Southern Aristocrat

Caroline Deslonde was the daughter of an influential Creole plantation owner in Louisiana.

Shortly before the Civil War began, she married Pierre Gustave Toutant Beauregard, one of the Confederacy's first hero-generals. Caroline was a member of what was known as the "Southern Aristocracy," the wealthy class of Southerners that had a strong influence on politics and society. Many working-class Confederates disliked these people and blamed them for the war and its hardships. After the conflict, the Southern Aristocracy was less prosperous, but it still remained influential in society and government.

General Thomas "Stonewall" Jackson

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War on the water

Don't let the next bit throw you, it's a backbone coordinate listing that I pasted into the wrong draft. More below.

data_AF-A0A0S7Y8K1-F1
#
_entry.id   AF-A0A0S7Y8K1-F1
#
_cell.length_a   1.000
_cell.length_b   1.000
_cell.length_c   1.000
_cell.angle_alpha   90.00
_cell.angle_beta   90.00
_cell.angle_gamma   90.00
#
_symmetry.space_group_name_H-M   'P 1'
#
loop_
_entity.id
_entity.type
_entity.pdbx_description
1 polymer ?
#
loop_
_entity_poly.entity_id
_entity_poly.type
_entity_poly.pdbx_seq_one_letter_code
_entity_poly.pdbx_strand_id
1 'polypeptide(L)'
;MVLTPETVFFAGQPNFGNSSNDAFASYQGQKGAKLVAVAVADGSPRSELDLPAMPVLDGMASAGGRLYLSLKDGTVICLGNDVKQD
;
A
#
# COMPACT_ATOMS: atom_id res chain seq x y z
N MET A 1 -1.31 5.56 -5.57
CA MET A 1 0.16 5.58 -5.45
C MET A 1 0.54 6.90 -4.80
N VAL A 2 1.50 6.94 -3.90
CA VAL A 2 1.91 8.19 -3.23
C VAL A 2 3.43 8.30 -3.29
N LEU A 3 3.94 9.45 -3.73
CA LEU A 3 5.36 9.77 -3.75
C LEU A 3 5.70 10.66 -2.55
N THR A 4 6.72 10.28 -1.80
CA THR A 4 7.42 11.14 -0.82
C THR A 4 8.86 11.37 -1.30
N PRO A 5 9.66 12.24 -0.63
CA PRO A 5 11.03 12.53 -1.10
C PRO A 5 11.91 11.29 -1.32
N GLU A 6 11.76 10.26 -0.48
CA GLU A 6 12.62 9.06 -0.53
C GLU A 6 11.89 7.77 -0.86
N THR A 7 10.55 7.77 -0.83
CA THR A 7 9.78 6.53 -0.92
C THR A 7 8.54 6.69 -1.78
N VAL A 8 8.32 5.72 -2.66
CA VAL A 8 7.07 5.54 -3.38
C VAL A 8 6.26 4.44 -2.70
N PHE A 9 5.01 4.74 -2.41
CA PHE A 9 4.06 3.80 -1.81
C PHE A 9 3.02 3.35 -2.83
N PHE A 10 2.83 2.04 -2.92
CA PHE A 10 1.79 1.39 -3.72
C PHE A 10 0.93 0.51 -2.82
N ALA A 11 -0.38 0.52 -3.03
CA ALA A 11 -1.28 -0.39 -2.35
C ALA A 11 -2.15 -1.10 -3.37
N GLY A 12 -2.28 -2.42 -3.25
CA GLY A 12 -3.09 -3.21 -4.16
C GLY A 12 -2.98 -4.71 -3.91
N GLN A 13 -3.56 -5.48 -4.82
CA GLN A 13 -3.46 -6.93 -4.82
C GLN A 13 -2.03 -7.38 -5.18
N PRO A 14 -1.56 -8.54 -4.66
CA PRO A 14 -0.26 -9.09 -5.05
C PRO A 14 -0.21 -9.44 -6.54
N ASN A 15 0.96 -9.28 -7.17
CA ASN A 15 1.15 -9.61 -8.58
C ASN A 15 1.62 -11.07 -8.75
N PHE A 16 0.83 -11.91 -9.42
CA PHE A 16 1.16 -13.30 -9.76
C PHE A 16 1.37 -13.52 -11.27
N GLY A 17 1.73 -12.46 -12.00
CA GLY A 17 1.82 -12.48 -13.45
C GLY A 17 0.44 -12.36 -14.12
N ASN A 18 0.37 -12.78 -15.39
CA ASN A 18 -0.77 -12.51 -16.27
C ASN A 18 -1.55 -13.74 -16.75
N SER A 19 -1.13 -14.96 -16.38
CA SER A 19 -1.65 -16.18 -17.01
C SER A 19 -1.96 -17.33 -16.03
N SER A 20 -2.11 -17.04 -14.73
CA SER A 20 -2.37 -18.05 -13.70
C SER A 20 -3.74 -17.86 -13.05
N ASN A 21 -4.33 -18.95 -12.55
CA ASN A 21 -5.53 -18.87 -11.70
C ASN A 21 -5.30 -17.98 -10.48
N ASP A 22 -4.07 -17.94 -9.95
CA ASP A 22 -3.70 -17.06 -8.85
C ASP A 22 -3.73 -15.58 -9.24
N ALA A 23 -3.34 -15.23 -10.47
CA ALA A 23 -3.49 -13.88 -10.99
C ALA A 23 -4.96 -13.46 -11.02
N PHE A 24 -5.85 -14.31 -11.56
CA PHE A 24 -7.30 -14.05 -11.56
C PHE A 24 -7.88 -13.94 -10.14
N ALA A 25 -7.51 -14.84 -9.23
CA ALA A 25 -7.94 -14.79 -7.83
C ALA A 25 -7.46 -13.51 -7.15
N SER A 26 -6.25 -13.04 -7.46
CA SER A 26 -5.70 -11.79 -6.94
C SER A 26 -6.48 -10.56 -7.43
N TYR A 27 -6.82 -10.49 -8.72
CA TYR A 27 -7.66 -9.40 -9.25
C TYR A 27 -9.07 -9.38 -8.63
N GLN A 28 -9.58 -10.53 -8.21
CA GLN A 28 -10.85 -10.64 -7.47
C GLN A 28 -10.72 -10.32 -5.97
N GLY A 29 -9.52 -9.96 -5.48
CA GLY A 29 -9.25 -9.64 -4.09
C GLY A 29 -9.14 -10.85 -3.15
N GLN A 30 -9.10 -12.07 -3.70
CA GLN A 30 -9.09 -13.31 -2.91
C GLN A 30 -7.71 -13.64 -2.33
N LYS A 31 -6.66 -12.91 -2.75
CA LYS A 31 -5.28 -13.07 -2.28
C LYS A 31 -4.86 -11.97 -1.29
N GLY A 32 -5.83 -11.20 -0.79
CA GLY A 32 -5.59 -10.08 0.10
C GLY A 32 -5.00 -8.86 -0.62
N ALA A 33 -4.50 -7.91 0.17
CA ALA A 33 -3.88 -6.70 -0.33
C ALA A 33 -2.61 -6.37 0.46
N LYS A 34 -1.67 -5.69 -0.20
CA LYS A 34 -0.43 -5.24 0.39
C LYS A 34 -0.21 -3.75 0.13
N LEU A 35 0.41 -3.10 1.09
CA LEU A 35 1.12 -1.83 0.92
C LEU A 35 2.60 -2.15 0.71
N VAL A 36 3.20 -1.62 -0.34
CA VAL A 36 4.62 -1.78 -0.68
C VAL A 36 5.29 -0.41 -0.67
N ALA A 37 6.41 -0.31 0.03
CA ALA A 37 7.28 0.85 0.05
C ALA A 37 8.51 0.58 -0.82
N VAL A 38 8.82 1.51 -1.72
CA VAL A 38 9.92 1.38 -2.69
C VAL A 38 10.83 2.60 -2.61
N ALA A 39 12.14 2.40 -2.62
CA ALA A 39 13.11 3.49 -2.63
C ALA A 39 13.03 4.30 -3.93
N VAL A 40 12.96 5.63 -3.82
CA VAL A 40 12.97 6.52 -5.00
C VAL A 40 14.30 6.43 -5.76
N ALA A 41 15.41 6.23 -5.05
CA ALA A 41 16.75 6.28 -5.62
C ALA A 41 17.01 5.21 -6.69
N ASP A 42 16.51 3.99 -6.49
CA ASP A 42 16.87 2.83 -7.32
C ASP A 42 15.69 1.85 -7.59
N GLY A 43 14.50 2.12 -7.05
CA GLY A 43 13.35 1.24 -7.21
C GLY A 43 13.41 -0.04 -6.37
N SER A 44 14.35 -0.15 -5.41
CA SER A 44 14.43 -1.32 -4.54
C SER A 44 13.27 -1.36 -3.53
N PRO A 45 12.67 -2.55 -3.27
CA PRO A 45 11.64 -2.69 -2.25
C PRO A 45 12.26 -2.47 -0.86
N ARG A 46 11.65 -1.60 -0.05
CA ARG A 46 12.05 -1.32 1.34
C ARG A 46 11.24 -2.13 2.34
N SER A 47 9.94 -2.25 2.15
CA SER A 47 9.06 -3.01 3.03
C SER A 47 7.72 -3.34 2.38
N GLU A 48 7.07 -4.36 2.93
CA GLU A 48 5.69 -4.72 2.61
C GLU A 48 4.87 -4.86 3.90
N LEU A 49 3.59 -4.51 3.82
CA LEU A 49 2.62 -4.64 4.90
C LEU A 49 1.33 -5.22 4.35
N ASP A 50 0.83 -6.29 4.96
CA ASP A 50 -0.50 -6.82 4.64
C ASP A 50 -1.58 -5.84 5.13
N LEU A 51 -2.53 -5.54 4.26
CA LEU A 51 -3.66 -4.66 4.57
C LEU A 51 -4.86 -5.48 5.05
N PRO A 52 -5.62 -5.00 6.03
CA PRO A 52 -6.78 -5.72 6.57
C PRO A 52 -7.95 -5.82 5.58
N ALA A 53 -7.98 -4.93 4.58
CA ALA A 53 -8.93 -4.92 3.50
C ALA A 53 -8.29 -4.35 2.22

The navies of the North and South played big parts in the strategies of Union and Confederate commanders. President Lincoln's sailors blocked Southern seaports and fought Confederates on the rivers. President Davis's navy commissioned privateers, vessels that attacked Union merchant ships all over the world and stole their cargoes. Both warring navies used America's lakes, bayous, and streams to transport soldiers to battlefields and forts, and fought to keep their opponents off the nation's waterways. The navies also changed the technology of warfare. The South produced the world's first modern ironclad warship. Built from the burned remains of the U.S. Navy vessel Merrimac, Confederates named it the CSS Virginia. Union inventor John Ericsson built an ironclad ship to fight it. His vessel was named the Monitor. Many other ironclads were made after that and fought battles along America's coasts and rivers. To defend against these and other vessels, Southern engineers perfected floating explosive mines. These devices threatened any ship entering Confederate waters.

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